In Korea, people can tune in on their laptops and cell phones any time, any day and watch people eat—and talk about eating. These "online eaters" are neither chefs nor restaurateurs, but the stars of the South Korean digital food phenomenon: Mukbang.[SLYT] [more inside]
Adam Crapser was adopted from Korea to abusive parents who were arrested on multiple counts of child abuse and rape. Over thirty years later, one last sting of neglect from his parents came back to bite him: he has been served deportation papers because his adoptive parents failed to complete his naturalization process.
‘Gresham College has provided free public talks within the City of London for over 400 years.’ ‘Since 2001, the college has been recording its lectures and releasing them online in what is now an archive of over 1,000’ of them. Some examples: Snails in Art and the Art of Snails; The History of the Bowler Hat; “Speaking Scars” - The Tattoo; Mother Green Tree Frog and her Children: How Folktales Contributed to the Confucianisation of Korea; The Psychology of Doing Nothing; Möbius and his Band; Harmony in the Lowest Home: The Guitar and the Labouring Poor. [more inside]
무키무키만만수 (Mukimukimanmansu) is a South Korean indie band that's gone mildly viral thanks to a thirty second clip from a television performance of their song Andromeda. The acoustic guitar and janggu drum duo released their first album 2012 in the eponymous year, and they played other songs off that album on television, which have been gathered into a handy playlist by YouTube user HachikoTanuki. Here are a few other videos: Studio versions of 내가 고백을 하면 깜짝 놀랄거야, 2008년 석관동, 너의 선물; television performances of 방화범 (with guests) and 투쟁과 다이어트; music video maker Vio Kim has recorded them many times, including up close at a concert last year (1, 2, 3, 4, 5); here they are performing with a jazz band earlier this year. And finally, here are demos they made in 2011.
Cousu Main (which starts here) is an adaptation of The Great British Sewing Bee, and the blog of one of the participants features significant spoilers for this season. Although it's in French, the show is not hard for an English speaker to follow, just as Project Runway Vietnam (2013: 1 2 3 4 5 6 7 8), Project Runway Korea (2009: 1 2 3 4 5 6 ...), and Projeto Fashion from Brazil--among others--make some sense to those familiar with the English-language series Project Runway Australia, Project Runway Canada, Project Runway Malaysia (2007 finale: 1-5 and 6), Project Runway Philippines (2008: 1 2 3 4 5 6 7 8 9 10 11 12 13 14 15), and Mission Catwalk from Jamaica.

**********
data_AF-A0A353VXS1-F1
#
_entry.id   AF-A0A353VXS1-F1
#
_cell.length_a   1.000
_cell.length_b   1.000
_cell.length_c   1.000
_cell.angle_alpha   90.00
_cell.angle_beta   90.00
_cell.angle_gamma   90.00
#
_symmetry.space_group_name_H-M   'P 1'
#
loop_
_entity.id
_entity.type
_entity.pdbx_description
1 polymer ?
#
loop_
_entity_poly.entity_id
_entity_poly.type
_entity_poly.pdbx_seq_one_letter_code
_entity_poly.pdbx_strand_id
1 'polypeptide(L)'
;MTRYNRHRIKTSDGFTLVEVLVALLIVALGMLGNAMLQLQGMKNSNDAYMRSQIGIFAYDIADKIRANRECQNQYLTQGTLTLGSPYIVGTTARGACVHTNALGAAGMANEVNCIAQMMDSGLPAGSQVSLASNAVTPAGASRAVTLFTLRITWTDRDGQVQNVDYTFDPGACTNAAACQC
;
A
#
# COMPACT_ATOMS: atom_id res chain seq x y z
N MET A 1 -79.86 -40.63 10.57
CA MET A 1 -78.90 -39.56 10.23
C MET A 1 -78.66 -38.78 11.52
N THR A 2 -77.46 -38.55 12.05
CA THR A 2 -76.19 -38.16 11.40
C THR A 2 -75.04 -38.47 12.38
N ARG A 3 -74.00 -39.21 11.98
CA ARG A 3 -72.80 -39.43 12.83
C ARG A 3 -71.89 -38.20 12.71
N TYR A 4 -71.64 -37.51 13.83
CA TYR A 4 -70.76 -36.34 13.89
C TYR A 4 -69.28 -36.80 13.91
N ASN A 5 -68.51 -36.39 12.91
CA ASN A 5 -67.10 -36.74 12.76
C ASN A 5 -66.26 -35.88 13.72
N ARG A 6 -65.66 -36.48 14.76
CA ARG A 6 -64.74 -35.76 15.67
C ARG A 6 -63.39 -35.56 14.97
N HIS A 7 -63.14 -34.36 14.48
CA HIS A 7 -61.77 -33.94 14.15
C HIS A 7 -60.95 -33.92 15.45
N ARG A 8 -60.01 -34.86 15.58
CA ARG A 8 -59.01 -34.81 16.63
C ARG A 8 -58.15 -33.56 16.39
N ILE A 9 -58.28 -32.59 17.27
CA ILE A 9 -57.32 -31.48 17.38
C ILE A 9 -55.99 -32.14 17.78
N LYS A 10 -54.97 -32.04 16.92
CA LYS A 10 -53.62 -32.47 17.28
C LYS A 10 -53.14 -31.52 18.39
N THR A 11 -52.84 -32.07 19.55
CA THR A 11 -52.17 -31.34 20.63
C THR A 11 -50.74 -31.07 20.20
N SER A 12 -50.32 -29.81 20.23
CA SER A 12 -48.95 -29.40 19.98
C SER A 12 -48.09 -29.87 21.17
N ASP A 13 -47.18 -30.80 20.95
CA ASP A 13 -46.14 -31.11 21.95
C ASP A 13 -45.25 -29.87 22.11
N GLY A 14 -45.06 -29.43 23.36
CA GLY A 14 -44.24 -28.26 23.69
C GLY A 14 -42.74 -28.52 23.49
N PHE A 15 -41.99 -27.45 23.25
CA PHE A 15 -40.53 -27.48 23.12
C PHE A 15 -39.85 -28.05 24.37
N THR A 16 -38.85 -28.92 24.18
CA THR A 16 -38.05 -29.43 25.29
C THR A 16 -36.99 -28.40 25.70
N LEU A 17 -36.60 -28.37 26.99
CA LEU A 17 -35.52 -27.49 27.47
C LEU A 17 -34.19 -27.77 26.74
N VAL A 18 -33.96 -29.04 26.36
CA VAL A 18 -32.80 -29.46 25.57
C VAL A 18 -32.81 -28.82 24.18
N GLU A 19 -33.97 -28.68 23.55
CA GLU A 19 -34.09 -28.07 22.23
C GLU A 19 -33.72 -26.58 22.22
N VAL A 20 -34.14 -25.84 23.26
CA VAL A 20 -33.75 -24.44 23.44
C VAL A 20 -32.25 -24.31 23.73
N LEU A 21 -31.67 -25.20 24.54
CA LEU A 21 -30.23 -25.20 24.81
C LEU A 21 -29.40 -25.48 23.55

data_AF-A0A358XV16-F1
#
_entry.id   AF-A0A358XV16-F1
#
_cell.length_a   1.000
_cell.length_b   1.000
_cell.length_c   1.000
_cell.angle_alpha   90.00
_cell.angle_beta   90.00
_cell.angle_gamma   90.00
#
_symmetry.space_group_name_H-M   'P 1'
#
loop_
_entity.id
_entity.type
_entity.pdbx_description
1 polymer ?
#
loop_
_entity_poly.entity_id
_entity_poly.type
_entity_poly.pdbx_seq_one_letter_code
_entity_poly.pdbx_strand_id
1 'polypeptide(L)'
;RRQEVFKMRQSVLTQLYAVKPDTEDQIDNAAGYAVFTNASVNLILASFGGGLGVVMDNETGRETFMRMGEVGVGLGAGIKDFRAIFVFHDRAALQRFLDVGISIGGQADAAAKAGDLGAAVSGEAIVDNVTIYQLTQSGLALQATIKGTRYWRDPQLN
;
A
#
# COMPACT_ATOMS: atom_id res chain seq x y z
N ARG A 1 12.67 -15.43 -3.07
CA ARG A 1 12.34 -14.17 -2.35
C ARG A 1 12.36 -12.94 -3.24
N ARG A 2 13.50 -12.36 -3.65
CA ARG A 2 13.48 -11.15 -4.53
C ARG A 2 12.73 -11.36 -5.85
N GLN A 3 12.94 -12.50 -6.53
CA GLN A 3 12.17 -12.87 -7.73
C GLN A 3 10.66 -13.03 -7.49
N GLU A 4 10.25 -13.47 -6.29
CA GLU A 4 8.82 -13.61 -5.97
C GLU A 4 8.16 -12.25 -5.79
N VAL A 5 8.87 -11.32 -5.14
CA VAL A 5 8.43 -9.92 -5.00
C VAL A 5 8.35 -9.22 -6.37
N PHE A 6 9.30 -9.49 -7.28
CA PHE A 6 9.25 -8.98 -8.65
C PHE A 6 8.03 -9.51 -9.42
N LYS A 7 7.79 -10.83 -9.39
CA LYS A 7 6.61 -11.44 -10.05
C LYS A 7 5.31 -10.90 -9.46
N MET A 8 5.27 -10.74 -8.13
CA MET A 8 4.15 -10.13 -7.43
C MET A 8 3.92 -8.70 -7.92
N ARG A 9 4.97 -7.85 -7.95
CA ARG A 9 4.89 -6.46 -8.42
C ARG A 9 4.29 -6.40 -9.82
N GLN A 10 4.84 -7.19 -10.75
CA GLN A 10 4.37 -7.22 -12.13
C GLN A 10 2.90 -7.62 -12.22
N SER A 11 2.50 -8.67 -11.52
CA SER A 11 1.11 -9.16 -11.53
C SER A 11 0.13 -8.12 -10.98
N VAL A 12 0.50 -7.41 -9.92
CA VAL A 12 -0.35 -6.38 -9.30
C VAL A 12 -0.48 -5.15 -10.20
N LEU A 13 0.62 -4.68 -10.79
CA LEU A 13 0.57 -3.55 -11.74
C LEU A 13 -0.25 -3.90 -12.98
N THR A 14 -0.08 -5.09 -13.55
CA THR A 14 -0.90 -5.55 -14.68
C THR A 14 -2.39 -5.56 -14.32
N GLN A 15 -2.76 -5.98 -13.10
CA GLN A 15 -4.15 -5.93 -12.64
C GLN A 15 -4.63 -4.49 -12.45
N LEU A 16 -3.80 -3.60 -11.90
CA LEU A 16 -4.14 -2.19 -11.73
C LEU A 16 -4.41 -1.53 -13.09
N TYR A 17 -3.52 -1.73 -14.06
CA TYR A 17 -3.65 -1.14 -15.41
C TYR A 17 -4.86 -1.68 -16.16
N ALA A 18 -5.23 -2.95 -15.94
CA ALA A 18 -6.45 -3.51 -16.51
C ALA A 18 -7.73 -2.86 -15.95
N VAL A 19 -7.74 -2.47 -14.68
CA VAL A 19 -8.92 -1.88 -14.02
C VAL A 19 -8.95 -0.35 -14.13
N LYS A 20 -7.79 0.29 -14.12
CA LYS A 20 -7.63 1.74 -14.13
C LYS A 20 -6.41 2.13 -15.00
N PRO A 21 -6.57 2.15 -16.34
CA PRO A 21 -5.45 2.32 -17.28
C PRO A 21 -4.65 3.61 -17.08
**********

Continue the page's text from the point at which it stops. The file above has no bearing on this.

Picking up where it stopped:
HEAVEN'S COUNTRYLAND: your 8-bit animated guide to the Democratic People's Republic of Korea. (MLYT) [more inside]
Baseball writer Rany Jazayerli tells us about his online acquaintance Sung Woo Lee, fan of the Kansas City Royals, who is having a good week. He's been a Royals fan since the 1990s and this week, he came to the US to see them play for the first time. KC rolled out the red carpet and the Royals are even winning. [more inside]
The Love App. Digital life and couples culture in South Korea.
Simon and Martina, of the joint blog Eat Your Kimchi, are a married Canadian couple that moved to South Korea in 2008. They have a YouTube series called "TL;DR" in which readers can submit questions about living in Korea, and they will answer them to the best of their ability. In short: "You ask questions. We make videos answering them!" Here's a couple: The Threat of North Korea, Korean Food Etiquette. [more inside]
Cracked interviews a NK escapee, an ambassador to NK's grandson, and a journalist covering NK. Want more, without any humor (Cracked is pretty restrained for their piece)? BBC on the people smuggling industry, Yeonmi Park on growing up in North Korea, the Guardian on an ordinary day in Pyongyang, Al-jazeera explains how the Kims rule with an iron fist and some recent photographs of ordinary people in North Korea.
Korean fashion and design is having a moment, but what is fueling it? It's complicated. Let's explore the K-wave. [more inside]
Squirrel and Hedgehog - Yes folks, this is a North Korean cartoon produced in house ... The animation is really good, (episode 24 and on is animated in Flash, while before it was all hand drawn) the story is pretty complicated sometimes, and the characters are cool. The only thing actually wrong with this show, other than it being blatant propaganda, is that the lipsync is awful. [more inside]
Korean grandmothers sell Bacchus drinks (energy drinks) and sex on the side. Once part of Korea's economic engine, older Korean women are turning to prostitution to pay for their living costs. The Bacchus women also work the hiking trails where they offer coffee and sex.
Ferry with 470 Passengers Sinks off Korea Scores still missing, many of them high school students on an excursion. According to comments on the Marmot's Hole Korea blog, passengers were told to wait in their cabins rather than gather on deck. Video from Japanese Fuji television.